A weakening domestic outlook could also undermine the local currency
By DASHVEENJIT KAUR
THE ringgit will continue to struggle against major units as the country grapples with tumbling energy prices and a slowing economy, warned analysts.
The local unit closed at 4.36 against the greenback yesterday after falling to RM4.40 in intraday trade as commodity-sensitive currencies like the Rouble, Mexican Peso and Brazilian Real and the South African Rand faced a similar fate.
AxiCorp Financial Services Pte Ltd global chief market strategist Stephen Innes believes a weakening domestic outlook could also undermine the local currency.
“The outsized focus on the front month (trading of the West Texas Intermediate (WTI) futures contract on the CME Group’s website) and is a problem as that is providing very poor optics but I think there may be some light at the end of the tunnel when Asia’s large importers start to rev up economic engines,” he told The Malaysian Reserve.
After falling below the zero value level, the WTI crude oil futures contract for May delivery matured (closed) at US$10 (RM43.70) a barrel on Tuesday but the June delivery contract has halved in value in the past two trading days, indicating the market remains concerned with excess supply and weak demand fundamentals.
Hence, Innes believes the ringgit exchange rate could struggle until oil prices stabilise.
“Oil prices remain the focus for financial markets because oil is one market that governments and central banks have no answer for as a sudden drop in demand and continuing supply glut is wreaking havoc across the complex,” he added.
As at press time, Brent futures for June delivery was trading unchanged at US$19 a barrel. It is down some 6% from the US$66 a barrel level at the beginning of the year.
As Malaysia is a net exporter of energy products, crude oil price movements exert a significant influence on the strength of the ringgit.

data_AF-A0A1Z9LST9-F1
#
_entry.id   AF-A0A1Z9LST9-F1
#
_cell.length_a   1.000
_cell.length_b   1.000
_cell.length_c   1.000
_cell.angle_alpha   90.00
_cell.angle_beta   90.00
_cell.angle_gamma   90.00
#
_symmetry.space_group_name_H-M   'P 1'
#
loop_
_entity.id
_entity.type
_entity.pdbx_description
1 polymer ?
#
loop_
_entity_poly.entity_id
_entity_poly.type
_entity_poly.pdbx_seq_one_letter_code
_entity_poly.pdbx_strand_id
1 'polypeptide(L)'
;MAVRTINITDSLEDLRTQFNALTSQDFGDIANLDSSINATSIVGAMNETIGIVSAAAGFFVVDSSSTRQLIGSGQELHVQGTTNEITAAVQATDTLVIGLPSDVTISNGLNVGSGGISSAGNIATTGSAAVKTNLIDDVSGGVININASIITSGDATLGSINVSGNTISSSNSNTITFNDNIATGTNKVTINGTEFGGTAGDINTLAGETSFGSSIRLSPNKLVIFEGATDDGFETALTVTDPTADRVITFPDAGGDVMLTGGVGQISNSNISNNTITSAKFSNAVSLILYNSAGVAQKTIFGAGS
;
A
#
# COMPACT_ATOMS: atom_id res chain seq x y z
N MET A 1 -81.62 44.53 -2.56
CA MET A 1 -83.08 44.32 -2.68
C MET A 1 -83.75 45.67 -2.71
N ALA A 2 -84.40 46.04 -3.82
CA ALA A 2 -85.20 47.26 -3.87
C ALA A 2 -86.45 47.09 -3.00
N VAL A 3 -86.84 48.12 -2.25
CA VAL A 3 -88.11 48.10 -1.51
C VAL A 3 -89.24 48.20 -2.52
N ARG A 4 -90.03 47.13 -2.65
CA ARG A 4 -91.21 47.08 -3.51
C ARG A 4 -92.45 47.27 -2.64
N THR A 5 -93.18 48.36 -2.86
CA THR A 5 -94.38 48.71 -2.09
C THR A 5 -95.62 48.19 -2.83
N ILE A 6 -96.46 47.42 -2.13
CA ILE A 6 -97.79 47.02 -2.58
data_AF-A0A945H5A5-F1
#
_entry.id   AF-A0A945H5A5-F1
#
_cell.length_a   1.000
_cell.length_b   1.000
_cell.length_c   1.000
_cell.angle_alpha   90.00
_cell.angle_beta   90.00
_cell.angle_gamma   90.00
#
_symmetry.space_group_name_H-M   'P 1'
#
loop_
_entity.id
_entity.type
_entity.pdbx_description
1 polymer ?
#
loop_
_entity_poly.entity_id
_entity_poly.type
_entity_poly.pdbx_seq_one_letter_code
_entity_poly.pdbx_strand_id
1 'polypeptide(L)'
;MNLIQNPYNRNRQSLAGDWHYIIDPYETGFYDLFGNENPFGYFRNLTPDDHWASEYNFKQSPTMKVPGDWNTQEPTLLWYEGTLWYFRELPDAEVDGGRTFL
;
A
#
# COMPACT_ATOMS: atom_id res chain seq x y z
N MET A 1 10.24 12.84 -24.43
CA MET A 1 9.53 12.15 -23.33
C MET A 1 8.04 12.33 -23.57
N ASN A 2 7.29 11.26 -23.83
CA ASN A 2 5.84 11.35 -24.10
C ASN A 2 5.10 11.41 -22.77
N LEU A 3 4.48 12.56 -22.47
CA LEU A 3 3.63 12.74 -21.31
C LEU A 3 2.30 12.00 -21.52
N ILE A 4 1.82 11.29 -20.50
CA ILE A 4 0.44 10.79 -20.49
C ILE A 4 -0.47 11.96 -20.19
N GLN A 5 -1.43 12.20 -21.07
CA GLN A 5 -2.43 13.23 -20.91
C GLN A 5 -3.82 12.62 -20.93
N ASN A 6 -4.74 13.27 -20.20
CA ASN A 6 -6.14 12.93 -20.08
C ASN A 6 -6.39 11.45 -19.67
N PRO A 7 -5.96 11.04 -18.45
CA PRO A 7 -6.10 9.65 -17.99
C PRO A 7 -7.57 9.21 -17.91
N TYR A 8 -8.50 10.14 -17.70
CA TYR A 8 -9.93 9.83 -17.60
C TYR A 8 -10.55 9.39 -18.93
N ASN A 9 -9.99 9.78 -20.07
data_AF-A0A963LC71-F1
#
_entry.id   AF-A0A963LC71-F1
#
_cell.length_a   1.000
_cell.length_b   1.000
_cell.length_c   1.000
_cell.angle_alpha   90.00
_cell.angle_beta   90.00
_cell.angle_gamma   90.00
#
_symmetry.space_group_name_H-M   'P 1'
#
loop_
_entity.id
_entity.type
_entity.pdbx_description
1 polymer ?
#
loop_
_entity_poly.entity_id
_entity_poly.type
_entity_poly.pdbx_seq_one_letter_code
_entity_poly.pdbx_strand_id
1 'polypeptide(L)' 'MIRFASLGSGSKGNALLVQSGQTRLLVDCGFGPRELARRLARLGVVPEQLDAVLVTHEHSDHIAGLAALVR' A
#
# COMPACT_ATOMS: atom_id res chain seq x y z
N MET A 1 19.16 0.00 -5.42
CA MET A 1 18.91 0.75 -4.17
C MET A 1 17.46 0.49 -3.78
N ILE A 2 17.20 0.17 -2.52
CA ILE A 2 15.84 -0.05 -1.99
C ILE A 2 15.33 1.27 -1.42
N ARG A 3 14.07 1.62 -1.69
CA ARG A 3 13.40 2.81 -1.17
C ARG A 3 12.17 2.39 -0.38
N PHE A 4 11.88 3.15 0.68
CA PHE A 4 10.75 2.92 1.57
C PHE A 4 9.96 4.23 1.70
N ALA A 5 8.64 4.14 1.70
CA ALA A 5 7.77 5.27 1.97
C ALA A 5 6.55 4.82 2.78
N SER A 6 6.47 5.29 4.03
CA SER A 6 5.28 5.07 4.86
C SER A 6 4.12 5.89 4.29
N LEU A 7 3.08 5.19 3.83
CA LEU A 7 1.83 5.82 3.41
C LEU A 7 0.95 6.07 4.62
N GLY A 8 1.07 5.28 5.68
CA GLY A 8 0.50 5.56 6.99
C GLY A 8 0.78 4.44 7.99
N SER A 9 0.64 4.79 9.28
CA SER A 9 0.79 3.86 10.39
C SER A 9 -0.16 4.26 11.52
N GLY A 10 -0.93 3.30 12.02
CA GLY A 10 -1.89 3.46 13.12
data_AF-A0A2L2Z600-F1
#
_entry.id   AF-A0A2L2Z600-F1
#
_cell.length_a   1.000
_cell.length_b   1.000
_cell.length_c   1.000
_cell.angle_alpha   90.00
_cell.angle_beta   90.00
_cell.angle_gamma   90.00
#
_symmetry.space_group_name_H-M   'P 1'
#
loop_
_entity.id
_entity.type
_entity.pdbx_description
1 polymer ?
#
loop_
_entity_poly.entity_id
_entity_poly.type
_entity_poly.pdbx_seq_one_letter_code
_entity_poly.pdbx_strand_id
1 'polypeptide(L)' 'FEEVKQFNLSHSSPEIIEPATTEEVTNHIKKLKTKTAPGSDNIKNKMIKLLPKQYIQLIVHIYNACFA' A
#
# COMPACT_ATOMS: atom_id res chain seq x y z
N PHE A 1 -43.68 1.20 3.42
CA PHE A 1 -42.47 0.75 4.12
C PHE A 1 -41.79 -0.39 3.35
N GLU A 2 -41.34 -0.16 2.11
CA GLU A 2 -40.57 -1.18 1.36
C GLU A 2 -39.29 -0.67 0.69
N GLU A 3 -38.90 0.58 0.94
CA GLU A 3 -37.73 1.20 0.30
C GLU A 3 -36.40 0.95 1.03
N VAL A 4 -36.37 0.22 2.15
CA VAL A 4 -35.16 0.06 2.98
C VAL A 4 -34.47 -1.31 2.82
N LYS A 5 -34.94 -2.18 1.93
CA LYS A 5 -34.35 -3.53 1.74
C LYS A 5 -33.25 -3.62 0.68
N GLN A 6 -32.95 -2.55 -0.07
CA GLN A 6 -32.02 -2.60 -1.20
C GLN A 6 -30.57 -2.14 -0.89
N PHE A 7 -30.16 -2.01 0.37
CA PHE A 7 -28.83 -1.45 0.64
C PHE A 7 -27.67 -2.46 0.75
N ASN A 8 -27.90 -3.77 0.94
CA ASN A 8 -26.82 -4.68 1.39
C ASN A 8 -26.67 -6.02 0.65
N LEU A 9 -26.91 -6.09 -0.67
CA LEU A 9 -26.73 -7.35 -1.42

For every US$1 per barrel drop in the oil price, oil revenue will be reduced by RM300 million according to government officials.
Compared to other major baskets of currencies, the local note is also trading lower.
It fell against the Singapore dollar to 3.0701 from 3.0671 and to 5.4139 from 5.3936 against the sterling. Against the yen, it eased to 4.0843 from 4.0727.
Vis-a-vis the euro, the local note slipped to 4.7730 from 4.7653 previously.
Innes expects the ringgit to weaken toward 4.45 against the US dollar over the near term without a significant OPEC policy response and until Asia’s economic engines kick into gear.
“For the ringgit, the song remains the same, absent a bounce in oil prices, and with the organic stabilising effect of petrodollar inflows missing, the ringgit continues to struggle.
“This is getting compounded by a somewhat resilient US dollar as global risk appetite wanes,” Innes added.
OANDA senior market analyst for Asia Pacific Jeffrey Halley said the Brent contract should find technical support at current levels and a move through US$16 a barrel level will re-open calls for a test of the late 1998 lows around US$10 a barrel, which is the only meaningful technical support that can see from here.
“Asian currencies have proved surprisingly resilient this week. Resource proxies like the ringgit and Indonesian rupiah eased only slightly against the dollar.
“That same story is repeated elsewhere with US dollar/yen unchanged for the week, and the won and yuan only modestly weaker. The fall in oil prices, while a burden for producing countries, is a boon for importing countries,” he said.
As Asia is the world’s largest importer, and the fall in crude oil pricing is acting as a natural support for regional currencies, Halley added.